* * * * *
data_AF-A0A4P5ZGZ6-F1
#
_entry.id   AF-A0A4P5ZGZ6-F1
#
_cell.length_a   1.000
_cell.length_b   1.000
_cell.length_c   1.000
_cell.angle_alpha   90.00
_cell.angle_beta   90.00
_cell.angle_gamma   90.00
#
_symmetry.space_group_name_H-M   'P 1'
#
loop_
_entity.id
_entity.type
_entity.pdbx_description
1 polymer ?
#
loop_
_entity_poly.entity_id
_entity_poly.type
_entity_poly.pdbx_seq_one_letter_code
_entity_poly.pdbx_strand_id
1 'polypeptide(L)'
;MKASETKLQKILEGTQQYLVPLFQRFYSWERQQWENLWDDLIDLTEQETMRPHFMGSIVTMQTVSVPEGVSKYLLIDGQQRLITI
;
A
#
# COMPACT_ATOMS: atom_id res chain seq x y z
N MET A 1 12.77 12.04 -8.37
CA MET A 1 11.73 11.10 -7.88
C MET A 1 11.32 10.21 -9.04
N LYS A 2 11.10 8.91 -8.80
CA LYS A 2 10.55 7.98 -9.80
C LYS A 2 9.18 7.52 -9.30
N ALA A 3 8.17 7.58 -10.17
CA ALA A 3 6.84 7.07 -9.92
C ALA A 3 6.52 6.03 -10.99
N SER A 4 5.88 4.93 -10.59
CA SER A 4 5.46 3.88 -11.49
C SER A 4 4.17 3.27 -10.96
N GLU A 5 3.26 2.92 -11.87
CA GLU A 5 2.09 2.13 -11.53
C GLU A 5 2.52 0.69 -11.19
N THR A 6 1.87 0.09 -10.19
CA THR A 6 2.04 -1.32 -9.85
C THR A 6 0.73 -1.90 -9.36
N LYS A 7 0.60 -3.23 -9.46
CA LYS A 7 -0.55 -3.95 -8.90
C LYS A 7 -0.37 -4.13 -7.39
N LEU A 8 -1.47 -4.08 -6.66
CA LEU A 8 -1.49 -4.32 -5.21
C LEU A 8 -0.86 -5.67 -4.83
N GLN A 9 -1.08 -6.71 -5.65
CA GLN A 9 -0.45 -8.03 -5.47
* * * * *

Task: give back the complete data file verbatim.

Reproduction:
data_AF-A0A4P5ZGZ6-F1
#
_entry.id   AF-A0A4P5ZGZ6-F1
#
_cell.length_a   1.000
_cell.length_b   1.000
_cell.length_c   1.000
_cell.angle_alpha   90.00
_cell.angle_beta   90.00
_cell.angle_gamma   90.00
#
_symmetry.space_group_name_H-M   'P 1'
#
loop_
_entity.id
_entity.type
_entity.pdbx_description
1 polymer ?
#
loop_
_entity_poly.entity_id
_entity_poly.type
_entity_poly.pdbx_seq_one_letter_code
_entity_poly.pdbx_strand_id
1 'polypeptide(L)'
;MKASETKLQKILEGTQQYLVPLFQRFYSWERQQWENLWDDLIDLTEQETMRPHFMGSIVTMQTVSVPEGVSKYLLIDGQQRLITI
;
A
#
# COMPACT_ATOMS: atom_id res chain seq x y z
N MET A 1 12.77 12.04 -8.37
CA MET A 1 11.73 11.10 -7.88
C MET A 1 11.32 10.21 -9.04
N LYS A 2 11.10 8.91 -8.80
CA LYS A 2 10.55 7.98 -9.80
C LYS A 2 9.18 7.52 -9.30
N ALA A 3 8.17 7.58 -10.17
CA ALA A 3 6.84 7.07 -9.92
C ALA A 3 6.52 6.03 -10.99
N SER A 4 5.88 4.93 -10.59
CA SER A 4 5.46 3.88 -11.49
C SER A 4 4.17 3.27 -10.96
N GLU A 5 3.26 2.92 -11.87
CA GLU A 5 2.09 2.13 -11.53
C GLU A 5 2.52 0.69 -11.19
N THR A 6 1.87 0.09 -10.19
CA THR A 6 2.04 -1.32 -9.85
C THR A 6 0.73 -1.90 -9.36
N LYS A 7 0.60 -3.23 -9.46
CA LYS A 7 -0.55 -3.95 -8.90
C LYS A 7 -0.37 -4.13 -7.39
N LEU A 8 -1.47 -4.08 -6.66
CA LEU A 8 -1.49 -4.32 -5.21
C LEU A 8 -0.86 -5.67 -4.83
N GLN A 9 -1.08 -6.71 -5.65
CA GLN A 9 -0.45 -8.03 -5.47